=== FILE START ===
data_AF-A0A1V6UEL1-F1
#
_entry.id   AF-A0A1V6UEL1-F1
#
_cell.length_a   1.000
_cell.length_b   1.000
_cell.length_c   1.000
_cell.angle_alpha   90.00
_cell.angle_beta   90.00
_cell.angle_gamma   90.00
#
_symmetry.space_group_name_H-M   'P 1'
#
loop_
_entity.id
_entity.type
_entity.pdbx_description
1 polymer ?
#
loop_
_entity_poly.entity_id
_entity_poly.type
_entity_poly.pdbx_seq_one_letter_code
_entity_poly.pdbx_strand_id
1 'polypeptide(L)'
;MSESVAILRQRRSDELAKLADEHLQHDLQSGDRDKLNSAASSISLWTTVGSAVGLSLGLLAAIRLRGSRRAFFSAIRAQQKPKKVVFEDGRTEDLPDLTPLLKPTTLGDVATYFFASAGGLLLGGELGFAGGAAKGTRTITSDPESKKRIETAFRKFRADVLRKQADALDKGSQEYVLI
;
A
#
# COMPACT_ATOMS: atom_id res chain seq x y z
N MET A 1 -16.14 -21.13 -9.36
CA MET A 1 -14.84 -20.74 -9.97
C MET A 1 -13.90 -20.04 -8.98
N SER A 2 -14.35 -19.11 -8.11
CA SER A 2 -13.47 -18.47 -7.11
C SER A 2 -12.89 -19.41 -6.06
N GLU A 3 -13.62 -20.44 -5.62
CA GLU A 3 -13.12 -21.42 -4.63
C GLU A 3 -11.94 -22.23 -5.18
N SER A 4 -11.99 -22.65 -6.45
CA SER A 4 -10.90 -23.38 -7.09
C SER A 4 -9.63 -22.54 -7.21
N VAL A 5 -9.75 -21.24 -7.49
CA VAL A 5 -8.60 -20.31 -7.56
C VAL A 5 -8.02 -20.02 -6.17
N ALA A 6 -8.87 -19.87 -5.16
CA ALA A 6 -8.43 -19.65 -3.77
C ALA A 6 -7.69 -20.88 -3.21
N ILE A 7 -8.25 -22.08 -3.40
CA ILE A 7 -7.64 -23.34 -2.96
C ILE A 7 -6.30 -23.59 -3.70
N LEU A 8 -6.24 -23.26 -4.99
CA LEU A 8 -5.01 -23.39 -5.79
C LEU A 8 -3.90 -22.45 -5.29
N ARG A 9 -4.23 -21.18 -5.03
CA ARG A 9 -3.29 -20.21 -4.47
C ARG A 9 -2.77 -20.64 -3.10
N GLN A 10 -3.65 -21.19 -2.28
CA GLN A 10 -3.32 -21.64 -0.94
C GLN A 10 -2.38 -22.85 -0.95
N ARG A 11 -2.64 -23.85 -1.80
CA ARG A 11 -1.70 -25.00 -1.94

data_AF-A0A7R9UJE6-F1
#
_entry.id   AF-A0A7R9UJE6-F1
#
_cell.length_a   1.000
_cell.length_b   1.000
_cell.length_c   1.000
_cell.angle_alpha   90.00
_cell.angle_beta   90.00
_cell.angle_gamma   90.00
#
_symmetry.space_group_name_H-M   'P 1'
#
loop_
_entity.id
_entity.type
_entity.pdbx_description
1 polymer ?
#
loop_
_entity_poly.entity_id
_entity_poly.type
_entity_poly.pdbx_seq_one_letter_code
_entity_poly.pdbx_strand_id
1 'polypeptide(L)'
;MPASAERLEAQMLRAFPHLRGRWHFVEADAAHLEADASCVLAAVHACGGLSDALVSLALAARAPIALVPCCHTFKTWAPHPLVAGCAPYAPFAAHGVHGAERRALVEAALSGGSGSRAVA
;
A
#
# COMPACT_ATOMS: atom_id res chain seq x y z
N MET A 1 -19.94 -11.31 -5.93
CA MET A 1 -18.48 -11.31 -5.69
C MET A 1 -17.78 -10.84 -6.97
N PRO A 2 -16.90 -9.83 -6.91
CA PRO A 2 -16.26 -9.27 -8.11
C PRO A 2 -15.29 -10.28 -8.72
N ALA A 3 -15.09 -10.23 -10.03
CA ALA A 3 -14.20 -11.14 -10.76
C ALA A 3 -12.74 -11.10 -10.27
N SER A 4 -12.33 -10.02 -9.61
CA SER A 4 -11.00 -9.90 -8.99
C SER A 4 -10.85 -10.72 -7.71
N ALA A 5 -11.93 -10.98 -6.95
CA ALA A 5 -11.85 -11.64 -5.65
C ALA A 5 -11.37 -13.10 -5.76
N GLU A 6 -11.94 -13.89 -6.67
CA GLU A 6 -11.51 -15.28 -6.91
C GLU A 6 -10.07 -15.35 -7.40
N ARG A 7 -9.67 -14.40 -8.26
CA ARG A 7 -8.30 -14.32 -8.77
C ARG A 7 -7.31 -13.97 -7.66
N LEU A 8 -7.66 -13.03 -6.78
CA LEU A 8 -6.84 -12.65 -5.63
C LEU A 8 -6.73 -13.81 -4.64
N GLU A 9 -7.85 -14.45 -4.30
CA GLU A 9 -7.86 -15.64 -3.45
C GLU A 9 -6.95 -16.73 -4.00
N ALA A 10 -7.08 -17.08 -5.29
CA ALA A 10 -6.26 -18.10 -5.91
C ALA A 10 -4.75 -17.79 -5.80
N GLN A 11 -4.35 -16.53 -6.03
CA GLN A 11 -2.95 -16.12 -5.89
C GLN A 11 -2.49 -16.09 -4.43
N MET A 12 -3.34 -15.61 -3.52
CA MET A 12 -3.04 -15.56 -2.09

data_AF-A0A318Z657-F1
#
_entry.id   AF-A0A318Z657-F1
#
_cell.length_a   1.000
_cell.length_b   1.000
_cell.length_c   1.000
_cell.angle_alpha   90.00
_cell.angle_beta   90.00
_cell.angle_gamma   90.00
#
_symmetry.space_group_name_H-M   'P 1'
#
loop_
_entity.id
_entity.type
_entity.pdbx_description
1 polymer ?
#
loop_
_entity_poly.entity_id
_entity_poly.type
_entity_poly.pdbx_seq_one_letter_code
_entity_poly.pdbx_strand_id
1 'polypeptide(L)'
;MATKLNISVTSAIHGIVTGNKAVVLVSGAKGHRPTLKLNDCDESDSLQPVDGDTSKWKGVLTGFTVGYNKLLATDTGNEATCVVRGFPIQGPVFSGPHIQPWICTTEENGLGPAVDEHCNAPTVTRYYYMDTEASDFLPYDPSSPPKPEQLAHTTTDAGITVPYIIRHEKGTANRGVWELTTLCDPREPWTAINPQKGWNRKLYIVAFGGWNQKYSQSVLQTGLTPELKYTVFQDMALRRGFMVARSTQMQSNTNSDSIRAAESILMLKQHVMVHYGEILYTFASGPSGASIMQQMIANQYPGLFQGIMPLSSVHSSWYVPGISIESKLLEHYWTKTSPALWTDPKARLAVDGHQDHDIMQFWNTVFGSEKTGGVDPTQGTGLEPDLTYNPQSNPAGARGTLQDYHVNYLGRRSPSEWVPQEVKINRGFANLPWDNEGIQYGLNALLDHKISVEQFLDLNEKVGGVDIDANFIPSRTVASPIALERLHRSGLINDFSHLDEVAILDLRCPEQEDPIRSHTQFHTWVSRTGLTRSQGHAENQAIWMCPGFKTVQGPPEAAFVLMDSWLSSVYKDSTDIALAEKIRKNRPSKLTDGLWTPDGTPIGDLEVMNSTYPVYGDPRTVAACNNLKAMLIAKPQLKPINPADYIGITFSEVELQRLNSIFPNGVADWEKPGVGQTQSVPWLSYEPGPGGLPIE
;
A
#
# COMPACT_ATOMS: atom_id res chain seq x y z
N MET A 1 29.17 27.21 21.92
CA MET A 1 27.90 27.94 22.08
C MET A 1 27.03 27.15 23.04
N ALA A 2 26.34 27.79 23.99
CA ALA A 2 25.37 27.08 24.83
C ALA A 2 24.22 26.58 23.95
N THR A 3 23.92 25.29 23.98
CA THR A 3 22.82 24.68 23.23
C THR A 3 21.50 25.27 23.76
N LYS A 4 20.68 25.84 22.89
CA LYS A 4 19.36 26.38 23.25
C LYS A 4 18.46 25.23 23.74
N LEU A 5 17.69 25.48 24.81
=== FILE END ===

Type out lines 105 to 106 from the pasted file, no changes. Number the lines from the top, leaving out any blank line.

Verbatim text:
N ALA A 5 -11.93 -10.98 -6.95
CA ALA A 5 -11.85 -11.64 -5.65